Although Ramus flayed the "Aristotelians" of his day, he was the first to acknowledge his own great indebtedness to Aristotle himself, and most eager to assert that he alone had read the Organon aright. Yet it seems probable to the modern scholar that Ramus never understood Aristotle, and while sixteenth-century Peripatetics may not have understood much more, they at least grasped enough to object to Ramus' epistemology. These Peripatetics were also entangled in the problems of cognition, of the relation of knowledge to its objects, of the guarantees for the validity of ideas, but they could not content themselves with the easy escape offered by the Dialecticae. They too were dogmatists, but they could never assert flatly that an argument was so precise a reflection of a thing as to be in effect the thing itself, and so feel that they had unriddled the universe.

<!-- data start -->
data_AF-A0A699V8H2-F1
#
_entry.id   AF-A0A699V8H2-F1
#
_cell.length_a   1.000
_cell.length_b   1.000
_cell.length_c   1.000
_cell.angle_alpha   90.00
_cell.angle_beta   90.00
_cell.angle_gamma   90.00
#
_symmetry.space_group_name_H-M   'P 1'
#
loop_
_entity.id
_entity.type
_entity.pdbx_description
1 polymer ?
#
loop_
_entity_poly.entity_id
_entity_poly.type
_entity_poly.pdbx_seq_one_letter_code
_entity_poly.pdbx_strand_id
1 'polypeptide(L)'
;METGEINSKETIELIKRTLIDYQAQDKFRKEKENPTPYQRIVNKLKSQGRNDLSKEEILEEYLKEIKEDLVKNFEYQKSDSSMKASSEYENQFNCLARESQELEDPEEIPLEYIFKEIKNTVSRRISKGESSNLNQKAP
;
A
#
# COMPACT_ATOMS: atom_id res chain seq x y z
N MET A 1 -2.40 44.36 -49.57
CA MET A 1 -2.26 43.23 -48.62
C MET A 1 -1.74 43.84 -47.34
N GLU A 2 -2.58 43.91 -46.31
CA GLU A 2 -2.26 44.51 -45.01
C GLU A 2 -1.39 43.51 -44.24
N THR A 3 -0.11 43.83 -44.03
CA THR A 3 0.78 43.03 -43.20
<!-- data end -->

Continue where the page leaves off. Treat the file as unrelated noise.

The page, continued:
Ramus himself does not seem to have foreseen the epistemological difficulties which he was creating for his students. He wrote "scholia" in metaphysics and physics in which he never challenged traditional theories of cognition, still assuming that from things arise intelligible forms, which the soul abstracts by its active intellect and knows by its possible intellect, and that therefore knowledge originates in the senses. Yet his contentions that words are things, that reason gives a name to objects promptly and immediately, that it is competent to deal truthfully with everything that comes within its range of vision, contradict this theory, and sooner or later his followers could not help facing that fact. His defenders were compelled to meet it, to supply more extensive metaphysical foundations; they could not indefinitely proclaim that the thing in nature becomes an argument in logic without offering some explanation of how they had eliminated the possibility of variance. How could they declare that reason contemplates an eternal and immutable "veritas" through the instrumentality of logic, when